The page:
The story of extreme Southeast Kansas
is a story of extremes, revolving around coal, ink, and booze
Southeast Kansas once looked like the rest of the state
with prairies and farms as far as the eye could see.
The search for coal changed everything.
It changed the land. It changed the politics. It changed the culture. It changed the people.
We were the troublemakers.
We were a thorn in the side of state officials.
Settlers and indigenous natives illegally in a territory meant to buffer Missouri to the east, from the Osage to the west.
Father and son deep shaft coal miners going on strike.
Socialist newspaper publishers.
Mothers, grandmothers, and sisters arrested for closing mines.
Bootleggers and moonshiners in the state where prohibition lasted longer than any other.
Seeing the constant turmoil
in the Balkan states of Europe at the time, where many of our immigrants were from, a governor called our region The Little Balkans.
He meant it to be derogatory. He meant it to vilify the region. He meant it dismiss and ignore our problems.
In time, we embraced the shared identity and wore it as a badge of honor.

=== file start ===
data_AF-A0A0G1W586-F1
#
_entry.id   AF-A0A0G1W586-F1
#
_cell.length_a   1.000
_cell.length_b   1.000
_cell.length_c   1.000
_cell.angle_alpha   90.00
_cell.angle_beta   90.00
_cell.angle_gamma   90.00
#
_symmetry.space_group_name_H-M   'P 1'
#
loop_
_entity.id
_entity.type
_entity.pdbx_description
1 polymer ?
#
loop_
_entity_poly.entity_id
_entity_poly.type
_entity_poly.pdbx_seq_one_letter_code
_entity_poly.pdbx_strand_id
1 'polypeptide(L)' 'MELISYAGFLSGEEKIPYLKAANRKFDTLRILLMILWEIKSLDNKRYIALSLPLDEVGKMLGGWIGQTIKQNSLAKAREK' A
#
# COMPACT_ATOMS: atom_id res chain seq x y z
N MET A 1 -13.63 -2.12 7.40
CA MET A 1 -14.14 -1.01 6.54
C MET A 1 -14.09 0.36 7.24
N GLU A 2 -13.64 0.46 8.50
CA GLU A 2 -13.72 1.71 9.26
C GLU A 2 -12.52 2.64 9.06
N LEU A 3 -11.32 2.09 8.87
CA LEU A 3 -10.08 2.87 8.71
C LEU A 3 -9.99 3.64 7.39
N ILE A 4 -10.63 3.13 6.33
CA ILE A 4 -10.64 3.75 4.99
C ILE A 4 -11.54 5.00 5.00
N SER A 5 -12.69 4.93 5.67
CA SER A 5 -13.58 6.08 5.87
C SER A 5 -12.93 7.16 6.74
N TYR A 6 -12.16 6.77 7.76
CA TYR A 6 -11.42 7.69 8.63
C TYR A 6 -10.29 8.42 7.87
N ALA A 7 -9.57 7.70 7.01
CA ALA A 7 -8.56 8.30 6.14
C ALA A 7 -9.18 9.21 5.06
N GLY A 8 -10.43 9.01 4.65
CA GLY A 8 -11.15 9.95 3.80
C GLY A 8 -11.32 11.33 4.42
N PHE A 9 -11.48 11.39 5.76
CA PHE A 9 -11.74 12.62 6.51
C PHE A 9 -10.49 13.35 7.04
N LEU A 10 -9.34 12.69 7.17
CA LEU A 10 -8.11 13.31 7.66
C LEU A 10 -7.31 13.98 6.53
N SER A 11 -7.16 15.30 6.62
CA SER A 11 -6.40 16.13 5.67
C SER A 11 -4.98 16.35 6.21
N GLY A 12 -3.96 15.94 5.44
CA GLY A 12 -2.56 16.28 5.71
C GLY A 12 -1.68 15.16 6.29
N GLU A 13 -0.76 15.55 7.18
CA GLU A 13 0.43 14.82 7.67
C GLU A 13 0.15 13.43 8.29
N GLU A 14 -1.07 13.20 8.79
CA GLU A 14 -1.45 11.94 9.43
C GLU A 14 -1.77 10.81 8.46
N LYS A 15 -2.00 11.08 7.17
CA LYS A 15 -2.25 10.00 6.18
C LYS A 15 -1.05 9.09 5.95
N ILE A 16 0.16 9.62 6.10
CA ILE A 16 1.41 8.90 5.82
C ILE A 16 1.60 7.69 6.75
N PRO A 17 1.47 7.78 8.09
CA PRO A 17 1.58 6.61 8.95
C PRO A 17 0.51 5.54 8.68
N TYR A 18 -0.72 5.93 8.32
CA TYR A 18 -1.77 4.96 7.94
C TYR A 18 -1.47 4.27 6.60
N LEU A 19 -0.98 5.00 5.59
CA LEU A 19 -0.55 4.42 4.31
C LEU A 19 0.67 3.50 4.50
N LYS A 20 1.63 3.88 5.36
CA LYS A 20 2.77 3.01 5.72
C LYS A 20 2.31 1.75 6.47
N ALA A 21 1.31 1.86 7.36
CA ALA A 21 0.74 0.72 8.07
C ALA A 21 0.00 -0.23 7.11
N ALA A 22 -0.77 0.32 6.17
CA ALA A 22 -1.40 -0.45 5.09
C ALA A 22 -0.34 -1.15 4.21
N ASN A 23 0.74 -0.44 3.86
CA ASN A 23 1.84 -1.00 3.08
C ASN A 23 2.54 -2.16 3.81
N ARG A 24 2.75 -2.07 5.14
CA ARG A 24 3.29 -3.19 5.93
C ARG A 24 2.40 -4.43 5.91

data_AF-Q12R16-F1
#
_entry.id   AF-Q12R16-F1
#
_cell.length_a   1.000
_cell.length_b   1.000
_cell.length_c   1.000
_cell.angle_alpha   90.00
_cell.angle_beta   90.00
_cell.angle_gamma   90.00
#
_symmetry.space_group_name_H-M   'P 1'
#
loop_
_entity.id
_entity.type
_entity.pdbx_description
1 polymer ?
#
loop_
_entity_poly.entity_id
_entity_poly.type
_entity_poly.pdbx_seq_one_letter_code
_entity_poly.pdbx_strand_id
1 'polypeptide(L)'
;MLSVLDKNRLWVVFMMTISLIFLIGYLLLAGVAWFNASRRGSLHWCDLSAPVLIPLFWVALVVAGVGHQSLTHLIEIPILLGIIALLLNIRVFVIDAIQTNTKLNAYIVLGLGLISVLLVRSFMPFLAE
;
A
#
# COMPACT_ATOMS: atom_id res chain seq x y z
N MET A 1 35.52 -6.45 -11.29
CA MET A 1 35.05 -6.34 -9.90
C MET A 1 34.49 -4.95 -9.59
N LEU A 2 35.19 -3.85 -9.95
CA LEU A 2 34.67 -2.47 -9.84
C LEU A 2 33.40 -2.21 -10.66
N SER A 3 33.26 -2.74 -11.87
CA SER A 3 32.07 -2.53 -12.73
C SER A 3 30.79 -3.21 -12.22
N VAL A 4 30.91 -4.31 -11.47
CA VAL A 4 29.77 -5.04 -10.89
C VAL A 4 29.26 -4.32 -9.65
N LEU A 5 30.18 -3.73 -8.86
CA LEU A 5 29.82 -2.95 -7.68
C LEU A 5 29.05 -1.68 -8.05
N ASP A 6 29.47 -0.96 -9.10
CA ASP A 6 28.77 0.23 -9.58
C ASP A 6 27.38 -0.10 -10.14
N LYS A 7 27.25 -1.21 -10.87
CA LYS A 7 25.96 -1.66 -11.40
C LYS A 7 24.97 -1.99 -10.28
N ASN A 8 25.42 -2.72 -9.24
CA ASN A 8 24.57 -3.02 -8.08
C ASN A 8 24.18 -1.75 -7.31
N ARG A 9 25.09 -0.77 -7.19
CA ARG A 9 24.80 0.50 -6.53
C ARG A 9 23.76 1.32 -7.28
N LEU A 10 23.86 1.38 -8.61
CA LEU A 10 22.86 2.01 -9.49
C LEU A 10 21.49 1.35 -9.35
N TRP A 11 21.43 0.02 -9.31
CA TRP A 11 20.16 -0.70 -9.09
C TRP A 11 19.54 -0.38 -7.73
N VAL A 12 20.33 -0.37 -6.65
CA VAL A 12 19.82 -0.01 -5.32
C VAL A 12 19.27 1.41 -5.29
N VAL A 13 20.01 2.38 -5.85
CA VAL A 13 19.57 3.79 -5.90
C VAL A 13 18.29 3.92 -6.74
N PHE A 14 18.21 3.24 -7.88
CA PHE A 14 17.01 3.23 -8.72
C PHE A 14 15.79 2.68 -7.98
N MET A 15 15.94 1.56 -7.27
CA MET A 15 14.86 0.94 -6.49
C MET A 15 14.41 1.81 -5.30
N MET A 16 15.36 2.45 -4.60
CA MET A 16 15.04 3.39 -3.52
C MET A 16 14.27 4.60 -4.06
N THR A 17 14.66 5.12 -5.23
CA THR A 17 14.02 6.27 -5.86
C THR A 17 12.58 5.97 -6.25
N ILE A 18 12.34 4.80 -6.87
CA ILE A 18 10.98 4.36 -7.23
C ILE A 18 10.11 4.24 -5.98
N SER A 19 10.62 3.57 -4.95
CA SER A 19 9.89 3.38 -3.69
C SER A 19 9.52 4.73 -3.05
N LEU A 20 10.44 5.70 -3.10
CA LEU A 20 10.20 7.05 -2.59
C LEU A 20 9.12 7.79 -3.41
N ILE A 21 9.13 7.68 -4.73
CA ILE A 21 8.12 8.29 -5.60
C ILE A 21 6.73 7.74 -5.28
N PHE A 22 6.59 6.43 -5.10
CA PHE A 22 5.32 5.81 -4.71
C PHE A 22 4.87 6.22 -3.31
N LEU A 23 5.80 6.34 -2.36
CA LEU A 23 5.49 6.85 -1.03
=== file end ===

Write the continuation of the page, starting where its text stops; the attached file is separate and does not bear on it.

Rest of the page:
We are The Little Balkans of Southeast Kansas.
Where to explore our stories
Explore the world’s largest remaining electric shovel and the 1920’s shovel made from scrap that inspired the design of this 16-story earth mover.
6509 NW 60th St • West Mineral, KS
The area’s largest collection of local history, including a one-room school, mom & pop grocery store, & more. Hosts several Living History reenactments throughout the year.
651 S US-69 • Pittsburg, KS
Girard History Museum
The home of the country’s largest socialist periodical, plus The Little Blue Books, and the country’s first airplane manufacturer west of the Mississippi River.
300 S Summit St • Girard, KS
McCune History Museum
Communities just off the coalbed, like McCune, missed the population boom-bust of the industry and thrived as farm towns. They keep alive skills like rope making. Ask about McCune’s gold medal Olympians.
509 6th St • McCune, KS